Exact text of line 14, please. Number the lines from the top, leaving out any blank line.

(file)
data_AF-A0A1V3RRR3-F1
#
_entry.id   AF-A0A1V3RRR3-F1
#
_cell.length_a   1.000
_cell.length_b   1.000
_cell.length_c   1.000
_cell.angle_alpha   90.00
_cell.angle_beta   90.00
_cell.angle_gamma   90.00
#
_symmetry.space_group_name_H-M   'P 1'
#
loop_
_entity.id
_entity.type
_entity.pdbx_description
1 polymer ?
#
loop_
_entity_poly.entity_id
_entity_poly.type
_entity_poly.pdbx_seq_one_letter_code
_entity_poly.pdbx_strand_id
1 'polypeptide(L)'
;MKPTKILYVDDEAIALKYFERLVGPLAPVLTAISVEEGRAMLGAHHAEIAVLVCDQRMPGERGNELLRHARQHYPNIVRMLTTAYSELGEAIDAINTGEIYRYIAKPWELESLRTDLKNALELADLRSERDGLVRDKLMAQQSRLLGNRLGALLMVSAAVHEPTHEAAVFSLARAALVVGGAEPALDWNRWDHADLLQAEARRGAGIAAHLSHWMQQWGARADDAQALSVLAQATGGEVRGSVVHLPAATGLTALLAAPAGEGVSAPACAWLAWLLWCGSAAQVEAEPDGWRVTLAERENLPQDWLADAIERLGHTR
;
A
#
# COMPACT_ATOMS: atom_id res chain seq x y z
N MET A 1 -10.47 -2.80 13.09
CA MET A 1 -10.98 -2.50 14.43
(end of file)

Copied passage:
loop_